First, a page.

The Gifts of a Non-Linear Path

By Nasreen Gulamhusein

A client recently came in for counseling and during our session, she hit a wall of frustration and exclaimed, “Why am I here again? I thought I had solved this problem already!” It was a beautiful question that many of us can relate to: why do we keep circling back to the same issues?

One common misconception about personal growth is that the journey should be linear. We identify our problem, work on it, solve it, and move on. However, the reality is that growth and expansion are often non-linear, with many steps forward and back.

While this might not sound ideal, it’s actually good news… and here are a few reasons why:

First, lasting change requires rewiring our brains with new habits and ways of thinking. Repetition is crucial for this rewiring process, and taking two steps forward and one step back allows us to go over our learning again and again. Our brains are wired to see things in a linear way, but this desire for clarity can sometimes lead us to overlook the importance of repetition. The messy and frustrating feeling of repetition is necessary for us to learn and grow in a lasting way.

Secondly, each layer of the onion is exactly that – a layer. We might think we have solved a problem, only for it to crop up again in a different context. For example, if we work on setting boundaries in friendships, we might later find ourselves struggling with boundaries as a parent. But each time we revisit an issue, we are in a slightly different place on our life’s path, and this makes the moment of growth unique.

Lastly, expanded perception can make all the difference. When we are trying to solve a problem, we tend to see it from one angle. As we get more entrenched in that single perspective, we can become stuck. When life brings us back to that struggle, it can be an opportunity to see it from a different perspective, which can widen our horizon and give us a clearer view of the issue as a whole. This can help us move through the struggle with greater ease the next time around.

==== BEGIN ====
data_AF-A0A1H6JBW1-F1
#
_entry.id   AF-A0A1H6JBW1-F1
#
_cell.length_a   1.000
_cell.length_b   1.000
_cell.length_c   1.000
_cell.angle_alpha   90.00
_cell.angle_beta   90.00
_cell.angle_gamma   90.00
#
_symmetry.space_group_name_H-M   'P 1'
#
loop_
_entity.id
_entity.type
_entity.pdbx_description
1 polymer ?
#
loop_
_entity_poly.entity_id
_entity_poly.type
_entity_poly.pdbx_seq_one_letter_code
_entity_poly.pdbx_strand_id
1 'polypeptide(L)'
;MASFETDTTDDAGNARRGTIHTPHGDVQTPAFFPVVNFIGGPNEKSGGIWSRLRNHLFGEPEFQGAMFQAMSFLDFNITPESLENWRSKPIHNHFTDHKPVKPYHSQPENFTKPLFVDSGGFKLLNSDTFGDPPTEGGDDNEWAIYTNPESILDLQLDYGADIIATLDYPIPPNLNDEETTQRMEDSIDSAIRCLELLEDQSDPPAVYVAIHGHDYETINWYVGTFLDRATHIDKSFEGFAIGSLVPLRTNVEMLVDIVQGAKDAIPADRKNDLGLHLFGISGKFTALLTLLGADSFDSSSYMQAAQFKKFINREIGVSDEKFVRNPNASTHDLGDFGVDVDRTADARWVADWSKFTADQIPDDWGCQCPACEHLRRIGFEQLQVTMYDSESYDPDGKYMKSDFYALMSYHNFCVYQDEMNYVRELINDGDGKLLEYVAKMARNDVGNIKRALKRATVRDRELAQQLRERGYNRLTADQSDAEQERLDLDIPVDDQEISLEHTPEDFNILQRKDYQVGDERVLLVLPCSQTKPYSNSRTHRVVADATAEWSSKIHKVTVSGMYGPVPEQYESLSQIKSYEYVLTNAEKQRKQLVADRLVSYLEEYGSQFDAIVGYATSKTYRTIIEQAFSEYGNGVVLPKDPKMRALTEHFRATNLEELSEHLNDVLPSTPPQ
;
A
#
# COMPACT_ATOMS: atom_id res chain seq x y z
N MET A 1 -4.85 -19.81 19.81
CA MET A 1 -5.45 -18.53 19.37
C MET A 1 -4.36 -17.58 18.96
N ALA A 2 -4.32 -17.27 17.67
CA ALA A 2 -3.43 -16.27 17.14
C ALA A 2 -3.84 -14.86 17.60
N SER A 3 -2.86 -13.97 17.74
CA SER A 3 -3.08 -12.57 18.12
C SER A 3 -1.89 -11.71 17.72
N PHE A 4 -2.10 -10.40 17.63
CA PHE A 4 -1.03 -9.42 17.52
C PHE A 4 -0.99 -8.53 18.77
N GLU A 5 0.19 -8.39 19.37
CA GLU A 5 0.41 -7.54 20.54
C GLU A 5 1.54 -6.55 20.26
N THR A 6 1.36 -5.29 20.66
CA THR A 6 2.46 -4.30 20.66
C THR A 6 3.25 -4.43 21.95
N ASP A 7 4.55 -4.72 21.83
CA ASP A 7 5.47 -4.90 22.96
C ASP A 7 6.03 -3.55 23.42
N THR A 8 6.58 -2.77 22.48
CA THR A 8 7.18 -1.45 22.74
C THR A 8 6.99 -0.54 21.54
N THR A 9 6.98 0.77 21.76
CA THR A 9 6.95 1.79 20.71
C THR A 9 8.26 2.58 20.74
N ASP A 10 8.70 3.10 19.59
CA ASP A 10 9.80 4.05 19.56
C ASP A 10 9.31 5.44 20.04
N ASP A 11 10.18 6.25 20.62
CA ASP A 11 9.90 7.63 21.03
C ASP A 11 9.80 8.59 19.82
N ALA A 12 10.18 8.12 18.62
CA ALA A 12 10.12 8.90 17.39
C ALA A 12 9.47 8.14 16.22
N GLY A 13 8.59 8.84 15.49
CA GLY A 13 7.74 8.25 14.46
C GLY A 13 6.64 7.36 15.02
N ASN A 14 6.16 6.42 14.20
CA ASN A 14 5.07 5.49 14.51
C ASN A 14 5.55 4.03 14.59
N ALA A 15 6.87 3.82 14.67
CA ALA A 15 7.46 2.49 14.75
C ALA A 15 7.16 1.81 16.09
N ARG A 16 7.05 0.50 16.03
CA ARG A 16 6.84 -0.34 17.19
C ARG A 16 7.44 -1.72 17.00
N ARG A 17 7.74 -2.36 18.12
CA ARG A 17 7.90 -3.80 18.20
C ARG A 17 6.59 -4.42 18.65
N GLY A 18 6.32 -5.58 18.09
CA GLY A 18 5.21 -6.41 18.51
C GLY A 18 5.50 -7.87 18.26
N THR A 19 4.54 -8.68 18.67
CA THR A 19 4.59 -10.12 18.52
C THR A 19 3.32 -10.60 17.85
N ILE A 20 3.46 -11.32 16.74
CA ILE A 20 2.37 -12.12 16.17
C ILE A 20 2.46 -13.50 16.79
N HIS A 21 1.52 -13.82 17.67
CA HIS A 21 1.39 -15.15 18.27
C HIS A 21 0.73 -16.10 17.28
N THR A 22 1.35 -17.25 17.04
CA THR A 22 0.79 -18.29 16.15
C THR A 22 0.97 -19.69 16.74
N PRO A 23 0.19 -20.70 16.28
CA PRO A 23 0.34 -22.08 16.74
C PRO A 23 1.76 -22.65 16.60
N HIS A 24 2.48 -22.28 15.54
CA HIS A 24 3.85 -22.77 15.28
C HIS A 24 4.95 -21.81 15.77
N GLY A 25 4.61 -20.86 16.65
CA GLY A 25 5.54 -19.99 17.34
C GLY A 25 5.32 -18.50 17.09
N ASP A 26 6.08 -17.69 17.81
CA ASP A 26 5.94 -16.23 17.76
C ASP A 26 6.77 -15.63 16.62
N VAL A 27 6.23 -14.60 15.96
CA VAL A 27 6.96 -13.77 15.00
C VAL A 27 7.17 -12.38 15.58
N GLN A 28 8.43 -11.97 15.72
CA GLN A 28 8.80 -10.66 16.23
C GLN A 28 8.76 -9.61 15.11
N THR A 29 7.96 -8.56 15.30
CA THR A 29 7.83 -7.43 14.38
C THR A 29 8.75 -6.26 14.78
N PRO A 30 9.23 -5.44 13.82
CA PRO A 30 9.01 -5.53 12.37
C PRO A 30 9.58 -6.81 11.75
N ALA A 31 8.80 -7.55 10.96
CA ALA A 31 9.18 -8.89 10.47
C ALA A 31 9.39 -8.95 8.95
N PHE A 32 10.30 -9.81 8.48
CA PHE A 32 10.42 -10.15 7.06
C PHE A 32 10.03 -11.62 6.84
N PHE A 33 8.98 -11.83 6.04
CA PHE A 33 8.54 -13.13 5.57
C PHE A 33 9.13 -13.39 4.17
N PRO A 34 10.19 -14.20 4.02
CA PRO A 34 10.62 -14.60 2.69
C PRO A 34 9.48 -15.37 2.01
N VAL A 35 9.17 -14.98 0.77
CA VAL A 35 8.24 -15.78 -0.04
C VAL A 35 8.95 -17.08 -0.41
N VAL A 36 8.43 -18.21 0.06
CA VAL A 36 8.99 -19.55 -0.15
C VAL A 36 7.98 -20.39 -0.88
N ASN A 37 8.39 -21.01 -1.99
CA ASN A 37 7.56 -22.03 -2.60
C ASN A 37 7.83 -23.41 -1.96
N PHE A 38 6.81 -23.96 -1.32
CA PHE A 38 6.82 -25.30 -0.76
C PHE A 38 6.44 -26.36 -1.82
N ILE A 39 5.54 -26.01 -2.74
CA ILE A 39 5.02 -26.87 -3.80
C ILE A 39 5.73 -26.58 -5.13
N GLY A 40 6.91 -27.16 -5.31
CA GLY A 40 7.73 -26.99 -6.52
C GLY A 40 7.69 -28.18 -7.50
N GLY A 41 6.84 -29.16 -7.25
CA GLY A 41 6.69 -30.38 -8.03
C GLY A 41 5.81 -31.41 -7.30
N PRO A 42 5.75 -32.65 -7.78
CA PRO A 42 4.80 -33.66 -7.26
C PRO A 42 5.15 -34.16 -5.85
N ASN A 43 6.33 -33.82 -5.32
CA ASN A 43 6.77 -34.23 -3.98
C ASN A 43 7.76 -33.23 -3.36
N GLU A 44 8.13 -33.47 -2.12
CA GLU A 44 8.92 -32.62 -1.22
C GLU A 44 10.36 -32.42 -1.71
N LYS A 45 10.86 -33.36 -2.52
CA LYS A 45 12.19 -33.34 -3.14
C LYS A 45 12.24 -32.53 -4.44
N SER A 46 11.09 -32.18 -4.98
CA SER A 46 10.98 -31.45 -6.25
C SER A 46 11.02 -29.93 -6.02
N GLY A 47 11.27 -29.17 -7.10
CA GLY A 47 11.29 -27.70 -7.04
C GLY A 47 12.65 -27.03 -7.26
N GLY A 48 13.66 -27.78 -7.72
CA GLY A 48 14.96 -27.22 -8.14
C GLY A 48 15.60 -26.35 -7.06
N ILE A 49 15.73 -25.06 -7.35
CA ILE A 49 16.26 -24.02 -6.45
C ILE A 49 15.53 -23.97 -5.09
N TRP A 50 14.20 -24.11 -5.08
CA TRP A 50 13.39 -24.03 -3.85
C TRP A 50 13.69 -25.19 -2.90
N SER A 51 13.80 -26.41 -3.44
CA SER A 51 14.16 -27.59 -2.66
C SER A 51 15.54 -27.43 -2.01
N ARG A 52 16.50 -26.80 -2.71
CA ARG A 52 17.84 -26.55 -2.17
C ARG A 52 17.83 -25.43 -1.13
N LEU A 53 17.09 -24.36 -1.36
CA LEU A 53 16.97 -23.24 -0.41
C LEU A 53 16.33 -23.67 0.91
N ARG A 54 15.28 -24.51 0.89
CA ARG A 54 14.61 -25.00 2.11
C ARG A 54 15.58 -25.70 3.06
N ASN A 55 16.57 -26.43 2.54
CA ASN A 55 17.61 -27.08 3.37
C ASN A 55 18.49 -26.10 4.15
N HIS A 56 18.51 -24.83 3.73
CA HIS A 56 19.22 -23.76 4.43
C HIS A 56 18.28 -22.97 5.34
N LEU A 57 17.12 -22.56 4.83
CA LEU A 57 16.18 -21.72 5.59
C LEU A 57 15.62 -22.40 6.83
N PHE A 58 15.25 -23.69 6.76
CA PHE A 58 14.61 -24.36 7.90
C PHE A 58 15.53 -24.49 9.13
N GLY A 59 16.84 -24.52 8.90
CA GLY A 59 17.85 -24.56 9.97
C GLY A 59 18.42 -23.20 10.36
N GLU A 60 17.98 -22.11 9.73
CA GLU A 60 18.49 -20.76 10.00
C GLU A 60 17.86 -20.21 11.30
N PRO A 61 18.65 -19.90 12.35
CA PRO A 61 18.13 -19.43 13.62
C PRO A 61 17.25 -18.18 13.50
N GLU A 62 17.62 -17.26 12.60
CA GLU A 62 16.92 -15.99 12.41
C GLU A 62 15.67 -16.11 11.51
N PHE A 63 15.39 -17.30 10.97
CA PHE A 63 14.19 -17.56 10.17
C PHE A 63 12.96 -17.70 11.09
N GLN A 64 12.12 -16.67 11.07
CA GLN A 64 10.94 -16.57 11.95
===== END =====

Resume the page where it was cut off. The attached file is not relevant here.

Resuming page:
The gifts of a non-linear path are many. Each time we revisit an issue, we have the opportunity to learn and grow in a new way. This, in turn, makes us better at learning and growing in general. So, the next time you find yourself circling back to an old struggle, embrace the messiness and remember it is leading you to good things.

I Don’t Need to Plan for Threats That Don’t Exist

By Shahaa Kakar

I Don’t Need to Plan for Threats that Don’t Exist.
I Don’t Need to Plan for Threats that Don’t Exist.
I Don’t Need to Plan for Threats that Don’t Exist.

This is a mantra I have been repeating to myself today.

For people with anxiety, our minds are constantly playing out every possible disaster scenario and planning how to respond to them, should they occur:

“What if this happens? What if that happens? How will I cope then? How will I deal with that? What if something happens that I haven’t even thought of!”

Our minds go spinning off into all sorts of imagined apocalypses. Even though these threats are not real, this thought process is anxiety-inducing in itself and triggers a stress response in our bodies. Our nervous systems don’t know the difference between real and imagined. Our heart rate speeds up, the adrenaline starts pumping and we go into fight-or-flight mode (or maybe live there), ready to respond to the non-existent threat.

Have you ever noticed this when you watch a really scary TV show, for example? Your back might start tensing up, you may notice yourself holding your breath. It’s the same physiological response at work – and over time it has a toxic effect on our beings and our bodies. It’s not a nice way to live!

When you notice your mind running down these paths, pause, take a deep breath and remind yourself, you are safe in this moment and everything is okay. You don’t need to prepare for impending disaster. You are perfectly capable of responding to anything that actually happens.

In the meantime, come back to this moment. Physically turn your head and look around in all directions. This act of turning our heads signals to the brain to take in the current information. Perhaps you notice a beautiful painting in your room or a lovely tree outside your window. Take a moment to really notice it. Breathe it in and notice what it feels like in your body to be present with the beautiful painting or the lovely tree.

Then, if you want to take one step further, put your vivid imagination to good use and imagine the situation you were worried about now working out. See it fall into place in your mind’s eye and imagine how great you will feel when that happens. If you have a mind that needs to plan, plan how you will celebrate when this happens! 🙂

Repeat as needed. Everything is okay. You got this!